On the 150th anniversary of the Gettysburg Address, Rep. Charlie Rangel (D-NY) declared that many Republicans have Confederate generals in their family trees.
Rangel’s accusation came in a story in Roll Call where the Congressional Black Caucus (CBC) was reported as eyeing changes in filibuster rules to prevent “racist” Republicans from using the rule to affect debate on the Hill.
The CBC, Roll Call said, “is fed up with Republican filibusters of President Barack Obama’s nominees,” because Republicans are “racist” against Obama, they believe. Thus, the race-based group is looking to change the rules to favor its own needs.
Most of the article is focused on the stalled status of many of the President’s nominees for one position or another. However, buried at the tail of the piece was probably the most racist comment of all–from CBC member Charlie Rangel.
Rangel thinks every Republican lawmaker in a district where slavery was once legal is related by blood to a Confederate general:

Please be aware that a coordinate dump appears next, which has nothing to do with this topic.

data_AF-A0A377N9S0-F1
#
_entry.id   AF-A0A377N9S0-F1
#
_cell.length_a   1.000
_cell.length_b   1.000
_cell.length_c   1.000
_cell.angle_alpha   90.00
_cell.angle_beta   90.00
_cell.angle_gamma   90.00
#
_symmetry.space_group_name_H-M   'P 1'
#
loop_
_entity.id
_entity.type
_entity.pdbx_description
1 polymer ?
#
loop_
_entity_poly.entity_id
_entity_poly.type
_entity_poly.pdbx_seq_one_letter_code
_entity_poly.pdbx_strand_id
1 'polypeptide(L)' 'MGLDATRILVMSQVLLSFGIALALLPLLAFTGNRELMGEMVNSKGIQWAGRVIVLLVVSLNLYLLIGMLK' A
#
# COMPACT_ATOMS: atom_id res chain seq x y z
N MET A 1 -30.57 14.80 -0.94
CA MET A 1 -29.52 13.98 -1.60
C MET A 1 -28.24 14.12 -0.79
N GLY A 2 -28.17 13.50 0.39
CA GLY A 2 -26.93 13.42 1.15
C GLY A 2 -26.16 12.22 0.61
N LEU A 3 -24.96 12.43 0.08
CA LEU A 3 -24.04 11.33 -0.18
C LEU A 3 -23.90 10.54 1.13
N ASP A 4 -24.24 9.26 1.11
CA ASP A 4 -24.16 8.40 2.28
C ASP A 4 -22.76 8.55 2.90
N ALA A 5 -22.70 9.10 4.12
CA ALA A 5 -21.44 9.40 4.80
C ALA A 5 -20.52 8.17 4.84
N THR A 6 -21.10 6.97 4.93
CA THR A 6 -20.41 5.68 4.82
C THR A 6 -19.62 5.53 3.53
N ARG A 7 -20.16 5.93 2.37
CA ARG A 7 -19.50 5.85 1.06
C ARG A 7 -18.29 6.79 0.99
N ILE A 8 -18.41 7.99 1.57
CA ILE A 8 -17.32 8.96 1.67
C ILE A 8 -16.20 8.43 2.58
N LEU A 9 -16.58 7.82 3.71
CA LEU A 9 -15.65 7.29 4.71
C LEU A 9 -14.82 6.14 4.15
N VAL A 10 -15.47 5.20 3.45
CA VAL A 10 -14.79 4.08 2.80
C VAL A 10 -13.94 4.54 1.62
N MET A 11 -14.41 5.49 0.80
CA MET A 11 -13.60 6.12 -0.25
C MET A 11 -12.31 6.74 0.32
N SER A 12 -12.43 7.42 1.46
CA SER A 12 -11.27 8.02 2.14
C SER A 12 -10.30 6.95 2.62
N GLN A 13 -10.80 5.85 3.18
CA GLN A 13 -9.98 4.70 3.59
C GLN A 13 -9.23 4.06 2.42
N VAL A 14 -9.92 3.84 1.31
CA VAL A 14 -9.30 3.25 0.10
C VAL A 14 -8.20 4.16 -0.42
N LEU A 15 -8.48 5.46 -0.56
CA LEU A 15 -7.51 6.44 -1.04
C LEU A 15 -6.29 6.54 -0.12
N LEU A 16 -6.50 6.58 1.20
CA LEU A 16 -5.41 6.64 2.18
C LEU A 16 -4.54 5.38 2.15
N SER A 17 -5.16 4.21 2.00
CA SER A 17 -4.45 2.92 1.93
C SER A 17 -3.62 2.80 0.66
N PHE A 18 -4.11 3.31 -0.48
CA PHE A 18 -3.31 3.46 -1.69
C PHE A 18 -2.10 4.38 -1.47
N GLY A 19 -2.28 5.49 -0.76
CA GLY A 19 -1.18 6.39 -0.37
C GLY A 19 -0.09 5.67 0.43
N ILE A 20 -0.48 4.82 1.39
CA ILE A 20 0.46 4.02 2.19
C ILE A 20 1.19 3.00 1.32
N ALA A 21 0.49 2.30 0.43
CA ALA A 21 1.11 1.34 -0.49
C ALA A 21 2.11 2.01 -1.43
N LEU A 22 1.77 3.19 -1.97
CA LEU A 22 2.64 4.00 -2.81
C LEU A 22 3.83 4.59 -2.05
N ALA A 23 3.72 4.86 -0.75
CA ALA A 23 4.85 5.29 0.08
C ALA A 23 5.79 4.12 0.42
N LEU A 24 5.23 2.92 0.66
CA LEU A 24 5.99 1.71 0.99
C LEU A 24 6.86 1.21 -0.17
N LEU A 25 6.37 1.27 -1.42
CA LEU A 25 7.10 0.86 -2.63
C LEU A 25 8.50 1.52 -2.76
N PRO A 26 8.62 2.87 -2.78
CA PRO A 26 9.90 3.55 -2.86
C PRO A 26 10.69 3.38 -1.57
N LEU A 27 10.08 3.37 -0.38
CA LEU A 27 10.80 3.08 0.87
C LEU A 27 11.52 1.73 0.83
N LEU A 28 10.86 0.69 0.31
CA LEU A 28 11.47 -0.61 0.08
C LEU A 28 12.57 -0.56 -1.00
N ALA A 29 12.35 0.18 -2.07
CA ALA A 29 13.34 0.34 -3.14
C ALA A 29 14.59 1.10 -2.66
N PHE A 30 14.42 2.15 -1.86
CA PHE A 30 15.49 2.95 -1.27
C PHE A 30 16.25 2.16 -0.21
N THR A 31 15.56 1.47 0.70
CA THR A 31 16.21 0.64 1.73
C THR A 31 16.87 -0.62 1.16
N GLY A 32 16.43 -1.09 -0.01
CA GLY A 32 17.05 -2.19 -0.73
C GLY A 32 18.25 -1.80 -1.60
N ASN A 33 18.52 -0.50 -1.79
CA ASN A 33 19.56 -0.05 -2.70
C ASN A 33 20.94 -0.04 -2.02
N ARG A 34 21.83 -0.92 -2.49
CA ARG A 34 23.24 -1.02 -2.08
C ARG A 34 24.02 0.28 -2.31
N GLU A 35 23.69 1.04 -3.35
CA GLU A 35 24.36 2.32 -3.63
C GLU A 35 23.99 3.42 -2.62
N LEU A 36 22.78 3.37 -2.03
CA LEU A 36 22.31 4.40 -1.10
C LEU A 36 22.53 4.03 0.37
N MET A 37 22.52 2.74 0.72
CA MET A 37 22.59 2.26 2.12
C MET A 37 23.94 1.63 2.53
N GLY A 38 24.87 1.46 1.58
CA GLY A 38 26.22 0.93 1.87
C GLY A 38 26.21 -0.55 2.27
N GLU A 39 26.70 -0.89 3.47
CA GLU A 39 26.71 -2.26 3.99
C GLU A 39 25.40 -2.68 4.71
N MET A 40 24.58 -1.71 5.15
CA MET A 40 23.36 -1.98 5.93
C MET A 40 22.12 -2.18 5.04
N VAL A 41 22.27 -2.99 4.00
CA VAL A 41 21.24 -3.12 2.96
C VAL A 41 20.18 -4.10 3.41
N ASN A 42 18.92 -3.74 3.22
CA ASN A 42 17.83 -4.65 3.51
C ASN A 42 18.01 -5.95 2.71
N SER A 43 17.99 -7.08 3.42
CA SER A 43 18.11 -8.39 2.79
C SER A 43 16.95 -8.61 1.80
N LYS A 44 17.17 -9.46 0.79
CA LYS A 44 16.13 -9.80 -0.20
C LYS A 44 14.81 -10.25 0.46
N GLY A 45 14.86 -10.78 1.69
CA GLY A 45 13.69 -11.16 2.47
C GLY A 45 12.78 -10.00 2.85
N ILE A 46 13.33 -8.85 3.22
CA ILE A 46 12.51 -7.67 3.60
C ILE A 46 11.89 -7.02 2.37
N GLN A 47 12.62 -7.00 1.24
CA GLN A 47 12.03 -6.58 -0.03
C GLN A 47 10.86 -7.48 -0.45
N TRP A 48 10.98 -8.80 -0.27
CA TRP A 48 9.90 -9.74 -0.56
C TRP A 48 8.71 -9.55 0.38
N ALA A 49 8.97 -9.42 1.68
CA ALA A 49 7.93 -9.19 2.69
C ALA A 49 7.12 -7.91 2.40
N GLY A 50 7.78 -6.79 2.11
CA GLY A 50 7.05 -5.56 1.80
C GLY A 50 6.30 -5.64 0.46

No one makes a big deal of it, but if you re a fly on the wall in any of their homes–I’ll tell you what: If you track the Confederate Army to the Dixiecrats, to the conversation of the Republicans, to the districts that were affected, you may be dealing with different labels, but if they were ever able to track down their ancestors, there’s a Confederate general in every damn living room.
The New York Congressman did not allow for any exceptions–despite their obvious existence in Sens. Marco Rubio (R-FL), a first-generation Cuban immigrant, and Tim Scott (R-SC), who is black.
Less than a month ago, Rep. Rangel wrote an op-ed for the Huffington Post expressing his wish for lawmakers to “[work] together in a bipartisan fashion.” No matter one’s political views, it seems quite obvious the first step toward bipartisanship is not associating the other side of the aisle with those who fought to preserve slavery.